St Margaret’s has a fascinating history and is well worth a visit. Access to it is through the main entrance to the grounds of Westminster Abbey but entrance is free, unlike the Abbey. It houses many striking memorials and is often referred to as the parish church of the Palace of Westminster. In 1560, Queen Elizabeth took Westminster Abbey and St Margaret’s Church away from the authority of the Bishop of London and put them under her direct control. As a result, St Margaret’s became one of only a handful of what are termed ‘Royal Peculiars’. It has had links with many famous names. The burials of Sir Walter Raleigh and William Caxton and the marriages of Samuel Pepys, John Milton and, more recently, Winston Churchill took place there.
Towards the end of Elizabeth’s reign, one of the Hubbledays who was baptised at St Margaret’s moved a mile or so eastwards and began living south of the river in Southwark. This was John Hubleday who was born in 1561 and whose life straddled the reigns of two monarchs: Elizabeth I, the last of the Tudors, and James I, the first Stuart king. We know more about this distant ancestor than we do of many of our more recent forebears. The reason being that he worshipped at a church called St Saviour’s, which, in its own way, has just as fascinating a history as St Margaret’s.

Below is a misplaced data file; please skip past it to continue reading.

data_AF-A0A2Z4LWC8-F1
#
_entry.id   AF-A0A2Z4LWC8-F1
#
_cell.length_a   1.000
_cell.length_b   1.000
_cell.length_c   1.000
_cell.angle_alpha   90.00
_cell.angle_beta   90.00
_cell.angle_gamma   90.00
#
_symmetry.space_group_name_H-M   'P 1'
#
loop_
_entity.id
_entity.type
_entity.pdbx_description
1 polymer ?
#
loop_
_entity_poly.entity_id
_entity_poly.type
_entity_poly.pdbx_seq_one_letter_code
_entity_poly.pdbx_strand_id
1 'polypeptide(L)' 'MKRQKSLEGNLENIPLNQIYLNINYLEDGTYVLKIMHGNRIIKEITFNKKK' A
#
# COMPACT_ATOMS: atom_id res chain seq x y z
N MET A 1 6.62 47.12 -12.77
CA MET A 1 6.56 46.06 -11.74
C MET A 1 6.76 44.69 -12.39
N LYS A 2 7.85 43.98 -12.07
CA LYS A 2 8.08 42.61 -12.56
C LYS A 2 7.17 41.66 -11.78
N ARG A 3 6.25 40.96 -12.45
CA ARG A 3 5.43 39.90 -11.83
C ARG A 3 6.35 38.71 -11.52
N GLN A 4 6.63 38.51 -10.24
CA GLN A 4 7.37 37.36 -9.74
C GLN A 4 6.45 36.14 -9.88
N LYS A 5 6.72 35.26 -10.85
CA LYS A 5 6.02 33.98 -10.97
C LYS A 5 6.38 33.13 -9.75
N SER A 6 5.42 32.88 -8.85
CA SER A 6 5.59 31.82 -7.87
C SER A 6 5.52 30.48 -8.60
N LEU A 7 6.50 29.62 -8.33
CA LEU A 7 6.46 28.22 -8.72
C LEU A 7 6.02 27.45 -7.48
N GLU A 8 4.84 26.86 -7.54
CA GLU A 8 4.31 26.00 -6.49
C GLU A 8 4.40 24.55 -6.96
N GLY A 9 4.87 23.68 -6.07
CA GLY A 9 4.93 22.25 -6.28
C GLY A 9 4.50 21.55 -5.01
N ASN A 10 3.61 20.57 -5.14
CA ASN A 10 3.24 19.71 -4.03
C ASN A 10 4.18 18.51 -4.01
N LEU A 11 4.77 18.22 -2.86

St Saviour’s, now known as Southwark Cathedral, has an extensive collection of ‘token books’ which list the names and residence of the heads of households in the parish. St Saviour’s required its parishioners to purchase tokens for the Easter communion, one token for each person over sixteen years of age in the household. Attendance at church was compulsory by law until 1650 and these tokens were handed in at the church on Easter Day to prove that you were present.
The token books show that in 1588, the year of the Spanish Armada, John began renting rooms in the area known as Clink Liberty and Paris Gardens and remained in the same location for over thirty years until his death. This area, which we now know as Bankside, was notorious as a place of criminality, illicit pleasure and entertainment. It was outside the jurisdiction of the City of London and had the Clink prison, bear-baiting pits, brothels and theatres, including one opened by William Shakespeare in 1599: the Globe. St. Saviour’s was the main church in the area and had close links with many people associated with the theatre. Shakespeare’s brother, Edmund, for example, was buried there in 1607.